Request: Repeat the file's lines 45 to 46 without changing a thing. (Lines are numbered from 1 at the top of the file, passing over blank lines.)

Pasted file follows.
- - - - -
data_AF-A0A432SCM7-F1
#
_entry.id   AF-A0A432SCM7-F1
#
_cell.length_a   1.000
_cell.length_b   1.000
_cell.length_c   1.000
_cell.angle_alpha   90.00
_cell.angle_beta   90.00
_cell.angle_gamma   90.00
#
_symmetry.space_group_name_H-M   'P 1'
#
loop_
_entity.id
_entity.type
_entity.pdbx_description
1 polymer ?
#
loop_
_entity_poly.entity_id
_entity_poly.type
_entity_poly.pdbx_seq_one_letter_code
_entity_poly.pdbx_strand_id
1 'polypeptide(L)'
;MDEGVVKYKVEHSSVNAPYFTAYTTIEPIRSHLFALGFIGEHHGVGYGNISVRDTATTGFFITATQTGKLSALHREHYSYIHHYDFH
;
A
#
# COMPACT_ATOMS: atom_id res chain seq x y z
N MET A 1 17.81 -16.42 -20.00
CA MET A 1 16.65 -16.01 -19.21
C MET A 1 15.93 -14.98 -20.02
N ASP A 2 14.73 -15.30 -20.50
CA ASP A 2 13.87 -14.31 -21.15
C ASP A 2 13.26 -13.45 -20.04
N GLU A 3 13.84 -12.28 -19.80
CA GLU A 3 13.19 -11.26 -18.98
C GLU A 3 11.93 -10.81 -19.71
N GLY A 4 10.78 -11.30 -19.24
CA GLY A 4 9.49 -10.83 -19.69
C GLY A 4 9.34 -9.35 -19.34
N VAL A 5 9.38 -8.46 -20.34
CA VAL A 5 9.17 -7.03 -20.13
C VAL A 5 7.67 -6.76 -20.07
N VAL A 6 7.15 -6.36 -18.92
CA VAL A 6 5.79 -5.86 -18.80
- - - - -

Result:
C VAL A 5 7.67 -6.76 -20.07
N VAL A 6 7.15 -6.36 -18.92